Sunday, December 30, 2012

The Original Sousaphone? Well...

When I started this blog back in July, I mentioned that I would be seeking to find answers to all of the questions raised by the info sheet above, which has accompanied the modified "Monster" Sousaphone residing up at the Interlochen Center for the Arts. I'm now in a good position to do this, so let's go through it line-by-line:

The Original Sousaphone 1898
       Definately not the original, as the Interlochen horn was made by Conn no earlier than 1903. J. W. Pepper made the first Sousaphone sometime between 1894-96 by my estimate, after John Philip Sousa had given him the idea back in 1892.

This double Bb instrument was built especially for John Philip Sousa's band in 1898
       Yes and no - yes, it may very well have been built for use in Sousa's band (we simply can't say for sure), but no, not in 1898. Again, the style of horn places it no earlier than 1903.

It was a variety of Helicon, with the bell opening upward
       True. The original Sousaphone, and all Sousaphones up until 1908, had an upward pointing bell with what was essentially a Helicon body.

To honor Sousa, the name "Sousaphone" was suggested by Herman Conrad
       This is not impossible, but in 1922 Sousa recounted that it was J. W. Pepper who honored Sousa with the name. But perhaps Conrad suggested the name to Pepper - we just don't know.

a six-foot eight-inch giant who was the first man to play the Sousaphone professionally
       Conrad was indeed the first Sousaphonist, playing the Pepper horn briefly, and then the first horn to come out of the Conn factory in 1898. But the tallest my sources place his height at is six-feet six-inches.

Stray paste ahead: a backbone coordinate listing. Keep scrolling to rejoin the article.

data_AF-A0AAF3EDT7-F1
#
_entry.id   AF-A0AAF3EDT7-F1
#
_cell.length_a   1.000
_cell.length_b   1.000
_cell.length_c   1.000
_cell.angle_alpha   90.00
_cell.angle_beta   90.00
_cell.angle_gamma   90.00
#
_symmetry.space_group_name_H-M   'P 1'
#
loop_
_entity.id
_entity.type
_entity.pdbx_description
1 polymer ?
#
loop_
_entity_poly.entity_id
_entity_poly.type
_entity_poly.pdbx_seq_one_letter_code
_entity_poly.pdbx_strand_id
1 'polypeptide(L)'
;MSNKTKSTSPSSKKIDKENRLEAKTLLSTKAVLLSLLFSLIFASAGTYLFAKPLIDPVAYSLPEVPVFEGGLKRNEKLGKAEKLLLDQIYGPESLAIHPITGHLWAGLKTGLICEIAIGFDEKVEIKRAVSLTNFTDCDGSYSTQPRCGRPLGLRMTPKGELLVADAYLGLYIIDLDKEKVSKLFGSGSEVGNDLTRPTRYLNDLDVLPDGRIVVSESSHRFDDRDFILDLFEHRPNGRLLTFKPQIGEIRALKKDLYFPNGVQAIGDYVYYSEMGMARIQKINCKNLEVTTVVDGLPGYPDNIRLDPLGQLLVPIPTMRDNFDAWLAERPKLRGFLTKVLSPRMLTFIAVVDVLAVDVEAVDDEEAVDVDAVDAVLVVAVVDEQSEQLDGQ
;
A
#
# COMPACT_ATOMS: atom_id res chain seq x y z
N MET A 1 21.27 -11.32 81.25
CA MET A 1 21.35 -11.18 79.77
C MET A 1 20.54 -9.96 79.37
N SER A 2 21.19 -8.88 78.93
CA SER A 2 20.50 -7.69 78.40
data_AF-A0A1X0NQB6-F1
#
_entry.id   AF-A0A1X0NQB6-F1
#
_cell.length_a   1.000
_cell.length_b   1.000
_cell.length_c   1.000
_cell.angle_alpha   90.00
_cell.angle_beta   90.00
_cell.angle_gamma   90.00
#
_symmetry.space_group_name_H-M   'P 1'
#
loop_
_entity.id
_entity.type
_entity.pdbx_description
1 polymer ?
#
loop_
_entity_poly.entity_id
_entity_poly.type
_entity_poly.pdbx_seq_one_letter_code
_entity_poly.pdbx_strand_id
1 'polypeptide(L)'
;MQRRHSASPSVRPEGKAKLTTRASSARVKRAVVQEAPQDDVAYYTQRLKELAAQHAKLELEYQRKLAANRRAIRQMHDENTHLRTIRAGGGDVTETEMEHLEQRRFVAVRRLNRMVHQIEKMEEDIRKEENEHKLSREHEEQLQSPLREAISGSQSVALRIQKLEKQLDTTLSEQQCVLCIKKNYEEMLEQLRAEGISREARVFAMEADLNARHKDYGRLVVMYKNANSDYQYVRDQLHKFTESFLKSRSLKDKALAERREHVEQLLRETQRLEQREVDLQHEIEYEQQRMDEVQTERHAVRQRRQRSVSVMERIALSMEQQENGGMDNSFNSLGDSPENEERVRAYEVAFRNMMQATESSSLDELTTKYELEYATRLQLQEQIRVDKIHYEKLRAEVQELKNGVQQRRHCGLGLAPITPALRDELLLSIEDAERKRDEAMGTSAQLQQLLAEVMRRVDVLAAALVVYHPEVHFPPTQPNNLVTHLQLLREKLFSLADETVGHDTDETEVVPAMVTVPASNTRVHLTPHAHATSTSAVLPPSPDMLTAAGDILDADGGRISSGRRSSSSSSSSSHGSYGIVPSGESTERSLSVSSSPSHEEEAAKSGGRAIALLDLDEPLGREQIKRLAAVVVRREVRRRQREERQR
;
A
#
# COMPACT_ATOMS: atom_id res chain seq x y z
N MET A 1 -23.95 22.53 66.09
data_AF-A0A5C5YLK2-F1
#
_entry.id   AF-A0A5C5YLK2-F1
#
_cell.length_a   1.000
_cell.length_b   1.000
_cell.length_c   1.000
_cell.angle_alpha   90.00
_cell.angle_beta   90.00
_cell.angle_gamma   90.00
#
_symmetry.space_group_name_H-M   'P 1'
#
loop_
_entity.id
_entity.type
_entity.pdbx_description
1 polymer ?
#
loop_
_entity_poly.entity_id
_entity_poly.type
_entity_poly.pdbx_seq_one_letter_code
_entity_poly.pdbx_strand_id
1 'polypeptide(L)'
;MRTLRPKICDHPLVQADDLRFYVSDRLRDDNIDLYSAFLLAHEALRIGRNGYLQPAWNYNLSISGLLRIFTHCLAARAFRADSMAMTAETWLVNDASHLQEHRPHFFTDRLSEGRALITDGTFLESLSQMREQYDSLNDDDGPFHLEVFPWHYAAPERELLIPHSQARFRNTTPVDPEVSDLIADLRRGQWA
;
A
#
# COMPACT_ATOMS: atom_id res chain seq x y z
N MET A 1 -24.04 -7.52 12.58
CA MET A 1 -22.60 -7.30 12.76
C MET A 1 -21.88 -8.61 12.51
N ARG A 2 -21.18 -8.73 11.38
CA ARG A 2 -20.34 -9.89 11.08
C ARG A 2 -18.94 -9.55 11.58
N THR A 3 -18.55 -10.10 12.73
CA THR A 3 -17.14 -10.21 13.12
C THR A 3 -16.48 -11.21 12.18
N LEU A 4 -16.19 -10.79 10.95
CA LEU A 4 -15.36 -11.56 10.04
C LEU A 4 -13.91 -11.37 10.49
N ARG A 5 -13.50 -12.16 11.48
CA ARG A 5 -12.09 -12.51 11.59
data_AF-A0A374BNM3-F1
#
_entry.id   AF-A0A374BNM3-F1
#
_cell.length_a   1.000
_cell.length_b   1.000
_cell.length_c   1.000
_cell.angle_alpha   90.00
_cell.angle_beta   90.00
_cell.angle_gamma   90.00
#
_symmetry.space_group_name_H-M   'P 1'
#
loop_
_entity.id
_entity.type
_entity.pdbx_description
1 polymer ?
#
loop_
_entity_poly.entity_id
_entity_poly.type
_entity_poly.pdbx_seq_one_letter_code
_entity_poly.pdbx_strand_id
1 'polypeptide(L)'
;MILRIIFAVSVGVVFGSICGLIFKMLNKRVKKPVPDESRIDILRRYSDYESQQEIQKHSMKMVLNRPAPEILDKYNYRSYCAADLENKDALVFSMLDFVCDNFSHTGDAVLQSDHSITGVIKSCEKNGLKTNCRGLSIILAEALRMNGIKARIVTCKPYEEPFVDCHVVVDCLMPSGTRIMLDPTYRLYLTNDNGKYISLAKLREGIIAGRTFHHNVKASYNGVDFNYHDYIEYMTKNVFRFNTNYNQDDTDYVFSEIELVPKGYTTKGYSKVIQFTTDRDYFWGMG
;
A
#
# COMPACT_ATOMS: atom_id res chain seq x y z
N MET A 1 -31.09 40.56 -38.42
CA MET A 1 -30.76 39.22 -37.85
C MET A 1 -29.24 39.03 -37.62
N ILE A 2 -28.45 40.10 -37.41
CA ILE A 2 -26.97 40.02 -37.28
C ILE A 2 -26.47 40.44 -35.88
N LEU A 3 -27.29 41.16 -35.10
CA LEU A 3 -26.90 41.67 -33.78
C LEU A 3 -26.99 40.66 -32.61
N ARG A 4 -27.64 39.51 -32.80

using it on a world tour
       Not exactly. Conrad did play an earlier Conn Sousaphone - the one actually built in 1898 - while Sousa's band went to France and Germany in 1900, and England and Scotland in 1901. But the only "world tour" that Sousa went on (which was really just a selective trip around the globe) was in 1911, although Conrad was long gone from the band by then. The Interlochen horn, however, may very well have been the Sousaphone on that tour. It's certainly the same model.

Conrad's immense stature, together with the fact that this was the largest band instrument ever manufactured, caused the "Monster Sousaphone," as it was called, to become a sensation.
       Seems to be the case - especially when it  first appeared in Europe (1900-01). But again, we're talking about a Sousaphone earlier than the Interlochen horn.

This instrument has been around the world many times and had been played before every king and queen and head of state of every country by 1931 when it was returned to Conn.
       A free and clear exaggeration. As mentioned above, Sousa did go around the world once - but just once. And he certainly didn't make it to every country, whether on that trip, or on all of his trips combined. The horn surely logged a lot of miles from 1903-31 (if it was indeed built in 1903), but those would have been mainly in the US, and certain parts of Europe.

It sold for $250 in 1898.
       Perhaps - although, again, remember that we're talking about a horn earlier than the one at Interlochen. The only evidence I came across was the approximate sale price of Conn's second Sousaphone in 1899, which was "in the neighborhood of $250."

Ten years later, in 1908, Conn built the first bell front Sousaphone which is the most popular type in the American band of today.
       Yep - no argument there.

One last bit of information - and this surprised me - is that in the photo on the info sheet (enlarged below), Conrad is wearing a hat that says "Pryor" rather than "Sousa." But I have not come across any other evidence that Conrad played with Pryor's band. However, both Pryor and Conrad served in Sousa's band from 1892, when it started, until 1903, when Pryor decided to form his own band. Conrad, it seems, played with Pryor at least long enough to have his photo snapped in a Pryor Band uniform!

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